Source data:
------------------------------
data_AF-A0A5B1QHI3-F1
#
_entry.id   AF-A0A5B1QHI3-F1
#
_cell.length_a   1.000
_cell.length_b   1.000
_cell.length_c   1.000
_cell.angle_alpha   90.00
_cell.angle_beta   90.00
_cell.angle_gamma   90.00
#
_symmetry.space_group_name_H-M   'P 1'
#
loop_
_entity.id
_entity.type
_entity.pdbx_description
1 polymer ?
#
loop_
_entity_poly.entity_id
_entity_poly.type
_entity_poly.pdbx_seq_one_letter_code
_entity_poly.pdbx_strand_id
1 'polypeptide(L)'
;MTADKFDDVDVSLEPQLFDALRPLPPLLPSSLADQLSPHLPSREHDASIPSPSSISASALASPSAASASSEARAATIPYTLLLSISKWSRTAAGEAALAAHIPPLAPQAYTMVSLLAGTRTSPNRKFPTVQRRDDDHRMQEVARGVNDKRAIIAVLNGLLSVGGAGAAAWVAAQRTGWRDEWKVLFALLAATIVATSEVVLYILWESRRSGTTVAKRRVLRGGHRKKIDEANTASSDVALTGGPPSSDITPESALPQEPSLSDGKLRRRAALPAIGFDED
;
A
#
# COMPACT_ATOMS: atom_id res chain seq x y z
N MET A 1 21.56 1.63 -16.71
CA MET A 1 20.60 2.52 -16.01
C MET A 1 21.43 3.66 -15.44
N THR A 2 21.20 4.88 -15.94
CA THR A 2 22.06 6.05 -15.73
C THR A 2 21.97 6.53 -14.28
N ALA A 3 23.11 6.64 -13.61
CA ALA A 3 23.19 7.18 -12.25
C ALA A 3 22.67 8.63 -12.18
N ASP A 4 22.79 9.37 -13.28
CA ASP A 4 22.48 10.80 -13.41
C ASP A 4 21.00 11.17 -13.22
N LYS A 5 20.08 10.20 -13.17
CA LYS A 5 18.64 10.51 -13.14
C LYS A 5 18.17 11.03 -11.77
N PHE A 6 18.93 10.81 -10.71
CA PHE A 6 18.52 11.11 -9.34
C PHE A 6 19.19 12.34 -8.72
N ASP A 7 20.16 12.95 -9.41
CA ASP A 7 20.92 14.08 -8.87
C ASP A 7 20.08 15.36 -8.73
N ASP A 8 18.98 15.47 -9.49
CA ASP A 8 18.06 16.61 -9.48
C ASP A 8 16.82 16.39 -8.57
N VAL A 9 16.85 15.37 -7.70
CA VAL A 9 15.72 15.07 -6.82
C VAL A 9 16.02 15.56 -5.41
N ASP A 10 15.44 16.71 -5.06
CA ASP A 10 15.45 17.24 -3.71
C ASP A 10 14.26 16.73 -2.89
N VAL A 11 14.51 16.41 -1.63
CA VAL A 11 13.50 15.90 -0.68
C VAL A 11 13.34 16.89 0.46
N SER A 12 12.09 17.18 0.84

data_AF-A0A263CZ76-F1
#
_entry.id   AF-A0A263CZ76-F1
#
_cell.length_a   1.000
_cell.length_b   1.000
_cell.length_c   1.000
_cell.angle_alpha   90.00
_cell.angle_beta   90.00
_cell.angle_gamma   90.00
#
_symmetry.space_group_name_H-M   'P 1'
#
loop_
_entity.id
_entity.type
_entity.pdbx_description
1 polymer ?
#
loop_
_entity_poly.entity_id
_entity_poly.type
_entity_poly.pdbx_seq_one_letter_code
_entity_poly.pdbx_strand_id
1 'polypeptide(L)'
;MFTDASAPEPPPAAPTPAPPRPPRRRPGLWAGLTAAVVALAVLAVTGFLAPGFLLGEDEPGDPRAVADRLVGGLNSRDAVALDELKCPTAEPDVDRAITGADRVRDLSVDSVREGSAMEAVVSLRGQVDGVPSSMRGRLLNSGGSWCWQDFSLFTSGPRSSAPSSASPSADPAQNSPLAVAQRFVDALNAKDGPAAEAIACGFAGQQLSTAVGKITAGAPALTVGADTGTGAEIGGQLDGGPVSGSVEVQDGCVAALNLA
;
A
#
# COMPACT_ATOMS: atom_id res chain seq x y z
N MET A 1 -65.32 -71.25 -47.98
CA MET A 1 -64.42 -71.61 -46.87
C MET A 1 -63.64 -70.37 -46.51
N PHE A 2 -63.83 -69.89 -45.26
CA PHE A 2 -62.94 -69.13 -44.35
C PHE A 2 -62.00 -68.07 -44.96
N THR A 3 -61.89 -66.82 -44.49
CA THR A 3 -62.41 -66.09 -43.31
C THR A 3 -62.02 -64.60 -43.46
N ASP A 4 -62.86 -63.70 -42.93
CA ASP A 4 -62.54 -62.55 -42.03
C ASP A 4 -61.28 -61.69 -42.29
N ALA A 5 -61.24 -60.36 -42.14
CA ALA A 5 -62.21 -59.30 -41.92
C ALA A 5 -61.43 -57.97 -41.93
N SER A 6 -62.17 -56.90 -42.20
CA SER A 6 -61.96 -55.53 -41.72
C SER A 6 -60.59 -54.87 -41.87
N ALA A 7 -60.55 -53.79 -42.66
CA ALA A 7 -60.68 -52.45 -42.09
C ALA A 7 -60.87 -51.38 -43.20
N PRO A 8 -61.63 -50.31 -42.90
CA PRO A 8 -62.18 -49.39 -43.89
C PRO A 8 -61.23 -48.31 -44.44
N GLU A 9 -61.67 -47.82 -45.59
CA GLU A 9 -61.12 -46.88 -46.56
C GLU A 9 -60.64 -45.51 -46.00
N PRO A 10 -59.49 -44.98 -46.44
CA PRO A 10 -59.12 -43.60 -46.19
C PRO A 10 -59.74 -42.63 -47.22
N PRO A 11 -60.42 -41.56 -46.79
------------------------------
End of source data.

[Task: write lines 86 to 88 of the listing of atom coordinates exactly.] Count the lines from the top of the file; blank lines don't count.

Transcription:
_entity_poly.type
_entity_poly.pdbx_seq_one_letter_code
_entity_poly.pdbx_strand_id